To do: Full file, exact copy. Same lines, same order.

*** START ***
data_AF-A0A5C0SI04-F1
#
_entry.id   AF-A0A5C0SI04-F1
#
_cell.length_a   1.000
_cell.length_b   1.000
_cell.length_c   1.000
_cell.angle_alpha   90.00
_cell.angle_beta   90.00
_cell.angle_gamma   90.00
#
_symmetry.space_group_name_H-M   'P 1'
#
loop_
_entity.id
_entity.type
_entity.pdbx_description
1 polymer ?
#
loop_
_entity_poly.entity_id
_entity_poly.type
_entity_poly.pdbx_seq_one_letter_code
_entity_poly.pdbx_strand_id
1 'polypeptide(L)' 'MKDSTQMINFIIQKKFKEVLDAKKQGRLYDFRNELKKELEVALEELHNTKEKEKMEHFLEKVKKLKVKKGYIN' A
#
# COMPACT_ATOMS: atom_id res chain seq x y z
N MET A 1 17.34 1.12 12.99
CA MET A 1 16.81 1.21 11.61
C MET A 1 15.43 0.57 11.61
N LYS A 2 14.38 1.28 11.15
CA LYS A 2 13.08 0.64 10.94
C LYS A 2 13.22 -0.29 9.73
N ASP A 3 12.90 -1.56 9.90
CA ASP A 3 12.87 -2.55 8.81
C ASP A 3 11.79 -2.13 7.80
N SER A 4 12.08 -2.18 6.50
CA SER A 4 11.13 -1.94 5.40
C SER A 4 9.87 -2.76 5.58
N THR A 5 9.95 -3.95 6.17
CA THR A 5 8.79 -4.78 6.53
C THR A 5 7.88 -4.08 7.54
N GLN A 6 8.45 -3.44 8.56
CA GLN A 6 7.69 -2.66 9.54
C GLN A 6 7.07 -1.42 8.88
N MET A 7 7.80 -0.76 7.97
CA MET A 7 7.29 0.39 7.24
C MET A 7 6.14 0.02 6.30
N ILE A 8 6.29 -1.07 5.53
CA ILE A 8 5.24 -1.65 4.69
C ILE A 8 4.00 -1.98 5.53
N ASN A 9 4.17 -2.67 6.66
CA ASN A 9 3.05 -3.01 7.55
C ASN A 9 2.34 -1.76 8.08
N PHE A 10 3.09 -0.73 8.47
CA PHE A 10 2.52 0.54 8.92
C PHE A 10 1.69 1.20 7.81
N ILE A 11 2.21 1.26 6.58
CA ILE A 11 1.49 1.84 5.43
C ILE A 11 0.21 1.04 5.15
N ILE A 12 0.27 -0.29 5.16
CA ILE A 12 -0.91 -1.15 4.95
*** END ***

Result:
data_AF-A0A5C0SI04-F1
#
_entry.id   AF-A0A5C0SI04-F1
#
_cell.length_a   1.000
_cell.length_b   1.000
_cell.length_c   1.000
_cell.angle_alpha   90.00
_cell.angle_beta   90.00
_cell.angle_gamma   90.00
#
_symmetry.space_group_name_H-M   'P 1'
#
loop_
_entity.id
_entity.type
_entity.pdbx_description
1 polymer ?
#
loop_
_entity_poly.entity_id
_entity_poly.type
_entity_poly.pdbx_seq_one_letter_code
_entity_poly.pdbx_strand_id
1 'polypeptide(L)' 'MKDSTQMINFIIQKKFKEVLDAKKQGRLYDFRNELKKELEVALEELHNTKEKEKMEHFLEKVKKLKVKKGYIN' A
#
# COMPACT_ATOMS: atom_id res chain seq x y z
N MET A 1 17.34 1.12 12.99
CA MET A 1 16.81 1.21 11.61
C MET A 1 15.43 0.57 11.61
N LYS A 2 14.38 1.28 11.15
CA LYS A 2 13.08 0.64 10.94
C LYS A 2 13.22 -0.29 9.73
N ASP A 3 12.90 -1.56 9.90
CA ASP A 3 12.87 -2.55 8.81
C ASP A 3 11.79 -2.13 7.80
N SER A 4 12.08 -2.18 6.50
CA SER A 4 11.13 -1.94 5.40
C SER A 4 9.87 -2.76 5.58
N THR A 5 9.95 -3.95 6.17
CA THR A 5 8.79 -4.78 6.53
C THR A 5 7.88 -4.08 7.54
N GLN A 6 8.45 -3.44 8.56
CA GLN A 6 7.69 -2.66 9.54
C GLN A 6 7.07 -1.42 8.88
N MET A 7 7.80 -0.76 7.97
CA MET A 7 7.29 0.39 7.24
C MET A 7 6.14 0.02 6.30
N ILE A 8 6.29 -1.07 5.53
CA ILE A 8 5.24 -1.65 4.69
C ILE A 8 4.00 -1.98 5.53
N ASN A 9 4.17 -2.67 6.66
CA ASN A 9 3.05 -3.01 7.55
C ASN A 9 2.34 -1.76 8.08
N PHE A 10 3.09 -0.73 8.47
CA PHE A 10 2.52 0.54 8.92
C PHE A 10 1.69 1.20 7.81
N ILE A 11 2.21 1.26 6.58
CA ILE A 11 1.49 1.84 5.43
C ILE A 11 0.21 1.04 5.15
N ILE A 12 0.27 -0.29 5.16
CA ILE A 12 -0.91 -1.15 4.95